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Effect of Mass Media on ChildrenFeatured
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Mass media is a collective term that refers to all the media technologies whose sole intention is reaching a vast audience through mass communication. There are two major categories of mass media, which are, broadcast media and print media. Transmission of information by broadcast media is via electronic means while transmission of information by print media is via physical means. Broadcast media comprise of radio, film, CDs, television, and many more. Print media comprise of magazines, newspapers, newsletters, leaflets, books, pamphlets and brochures. “Effect” is a term that refers to something produced by a cause. It can also be referred to as a consequence. This research paper seeks to investigate both positive and negative effects of mass media on children. Possible solutions to address or mitigate the negative effects of mass media will also be highlighted.
Differential Effects of Mass Media on Children
The mass media, particularly, broadcast media, significantly affects childhood development in that, it provides information-seeking and modeling opportunities outside school and family. It has been estimated that the average American child watches more than 20, 000 television commercials annually. According to statistical data collected in the year 2000, children aged between the ages of two and five spent 40 hours watching television on a weekly basis. Those between six to eleven years spent 50 to 60 hours weekly watching television. These findings clearly show that mass media plays an essential life in shaping a child’s beliefs, behaviors and attitudes (Bento, 2004).
Among the key manifestation of the negative effects that media has on children is their declining lifestyle quality and changing mental set up. Instead of investing their time in studying, reading good books, engaging in social activities, and exercising, children choose to spend their evenings watching movies or glued to the television sets. With increasing technological advancement, the Internet can easily be accessed, even by small children. This exposes such children to things that they do not necessarily need to know and may not understand. The reading culture is gradually fading and substituted by mass media. This poses a negative effect on school performance as well as learning problems. Children are increasingly reporting low academic grades and problems in learning due to overindulgence in mass media (Matthew & Jesse, 2008)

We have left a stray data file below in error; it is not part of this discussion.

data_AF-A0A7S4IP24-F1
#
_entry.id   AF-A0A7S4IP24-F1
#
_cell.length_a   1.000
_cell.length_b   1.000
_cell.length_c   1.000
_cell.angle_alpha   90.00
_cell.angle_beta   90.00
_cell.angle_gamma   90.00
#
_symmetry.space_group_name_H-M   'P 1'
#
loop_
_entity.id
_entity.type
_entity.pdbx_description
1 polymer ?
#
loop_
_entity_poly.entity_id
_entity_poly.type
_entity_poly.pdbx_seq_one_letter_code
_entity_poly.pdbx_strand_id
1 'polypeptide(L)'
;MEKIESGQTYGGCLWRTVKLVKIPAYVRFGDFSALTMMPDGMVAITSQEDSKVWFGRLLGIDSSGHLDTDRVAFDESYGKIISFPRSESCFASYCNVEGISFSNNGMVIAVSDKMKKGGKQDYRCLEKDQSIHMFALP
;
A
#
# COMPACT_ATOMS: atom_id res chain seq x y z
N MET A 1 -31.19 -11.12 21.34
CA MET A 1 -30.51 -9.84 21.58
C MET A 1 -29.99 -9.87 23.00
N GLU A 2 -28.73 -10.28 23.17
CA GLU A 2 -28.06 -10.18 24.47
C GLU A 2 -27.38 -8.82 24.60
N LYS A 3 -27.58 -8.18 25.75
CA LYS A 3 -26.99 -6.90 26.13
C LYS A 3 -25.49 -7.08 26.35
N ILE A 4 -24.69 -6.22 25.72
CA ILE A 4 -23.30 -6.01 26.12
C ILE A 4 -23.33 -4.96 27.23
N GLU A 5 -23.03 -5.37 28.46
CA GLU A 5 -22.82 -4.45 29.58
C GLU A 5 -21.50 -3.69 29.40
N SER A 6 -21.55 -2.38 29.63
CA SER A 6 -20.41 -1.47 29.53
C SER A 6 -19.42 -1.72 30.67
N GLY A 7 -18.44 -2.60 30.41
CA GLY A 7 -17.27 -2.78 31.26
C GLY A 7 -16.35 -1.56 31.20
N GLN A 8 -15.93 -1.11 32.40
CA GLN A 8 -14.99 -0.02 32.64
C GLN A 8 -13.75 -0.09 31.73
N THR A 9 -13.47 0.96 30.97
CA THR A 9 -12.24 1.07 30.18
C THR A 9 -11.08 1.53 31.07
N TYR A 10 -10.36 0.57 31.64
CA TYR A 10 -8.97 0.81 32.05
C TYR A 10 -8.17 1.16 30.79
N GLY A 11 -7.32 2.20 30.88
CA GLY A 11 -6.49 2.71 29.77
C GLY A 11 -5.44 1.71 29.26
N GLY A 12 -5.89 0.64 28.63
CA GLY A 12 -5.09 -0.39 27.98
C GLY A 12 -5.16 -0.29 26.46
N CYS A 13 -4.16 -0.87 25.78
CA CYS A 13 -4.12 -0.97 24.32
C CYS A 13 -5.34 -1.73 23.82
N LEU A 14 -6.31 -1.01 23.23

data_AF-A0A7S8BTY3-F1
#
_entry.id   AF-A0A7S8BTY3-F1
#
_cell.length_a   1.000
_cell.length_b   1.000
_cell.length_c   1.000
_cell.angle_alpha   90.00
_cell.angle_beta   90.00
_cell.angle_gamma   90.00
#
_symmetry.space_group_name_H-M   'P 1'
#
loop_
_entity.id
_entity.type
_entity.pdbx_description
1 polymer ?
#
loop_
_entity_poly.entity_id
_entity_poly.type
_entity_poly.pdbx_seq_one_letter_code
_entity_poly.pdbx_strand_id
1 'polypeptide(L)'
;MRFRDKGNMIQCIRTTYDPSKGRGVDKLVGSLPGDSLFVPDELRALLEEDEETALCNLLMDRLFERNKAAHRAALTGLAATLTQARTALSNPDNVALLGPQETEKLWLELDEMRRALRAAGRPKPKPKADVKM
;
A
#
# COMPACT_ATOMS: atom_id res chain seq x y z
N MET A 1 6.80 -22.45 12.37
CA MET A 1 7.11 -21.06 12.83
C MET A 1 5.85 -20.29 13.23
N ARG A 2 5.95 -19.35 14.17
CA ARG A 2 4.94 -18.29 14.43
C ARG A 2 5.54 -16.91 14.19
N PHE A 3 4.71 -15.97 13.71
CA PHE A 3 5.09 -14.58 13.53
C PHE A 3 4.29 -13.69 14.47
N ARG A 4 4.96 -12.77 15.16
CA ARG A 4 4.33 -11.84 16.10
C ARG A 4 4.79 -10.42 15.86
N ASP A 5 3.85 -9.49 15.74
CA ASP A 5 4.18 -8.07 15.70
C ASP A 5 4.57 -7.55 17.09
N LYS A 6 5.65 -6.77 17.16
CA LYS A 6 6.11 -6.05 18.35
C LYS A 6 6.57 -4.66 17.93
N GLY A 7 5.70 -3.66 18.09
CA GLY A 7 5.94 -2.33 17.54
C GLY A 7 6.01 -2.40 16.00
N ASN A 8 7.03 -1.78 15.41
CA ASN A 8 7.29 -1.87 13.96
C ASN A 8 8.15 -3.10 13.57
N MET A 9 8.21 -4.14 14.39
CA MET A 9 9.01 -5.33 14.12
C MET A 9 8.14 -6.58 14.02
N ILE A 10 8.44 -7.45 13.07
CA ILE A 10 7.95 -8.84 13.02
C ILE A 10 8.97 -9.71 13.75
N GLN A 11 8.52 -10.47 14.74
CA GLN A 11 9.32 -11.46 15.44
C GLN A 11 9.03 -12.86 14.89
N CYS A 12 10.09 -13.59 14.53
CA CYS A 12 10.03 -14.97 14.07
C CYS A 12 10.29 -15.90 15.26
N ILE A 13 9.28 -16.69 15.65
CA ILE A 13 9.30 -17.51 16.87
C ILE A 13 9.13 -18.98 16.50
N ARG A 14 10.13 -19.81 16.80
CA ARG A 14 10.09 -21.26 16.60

Food advertising in broadcast media such as televisions has been linked to rising cases of childhood obesity. There is a strong relationship between an increase in non-nutritious food advertising and childhood obesity. It is extremely hard for children below the age of six to differentiate between advertising and programming. Those below the age of eight do not comprehend the fact that the main intention of advertising is to persuade the audience to purchase a given product. Therefore, non-nutritious or junk food advertising directed to children may turn out to be exploitative. A single commercial exposure can go a long way in influencing product references among children. Additionally, the remarkable ability of children to remember the content from various advertisements increases their likelihood to indulge in unhealthy eating habits such as over-consumption of unhealthy fast foods, which results to heightened rates of childhood obesity (Munni & Ram, 2010).
Body image problems and eating disorders such as anorexia nervosa are also directly linked to mass media. This is especially the case with teenage girls. The mass media ads portray models with unrealistic images. More often than not, the models appear to have extremely thin waists and figures that are unattainable. In the attempt to...
References: Bento, J. (2004) Meditating the negative effects of mass media on children. Seattle:
Antioch University Publishers
Berulava, M. N. (2010) The Nation is in Danger. Russian Education and Society, 52(3),
Debra, M. (2003) Questioning the media and reclaiming our sacred space. Paths of
Learning, 15, 24
Fink, G. (2010) Stress of War, Conflict and Disaster. California: Elsevier Publications
Preiss, R. (2007) Mass media effects research; advances through meta-analysis. New
Jersey: Lawrence Erlbaum Associates, Inc.
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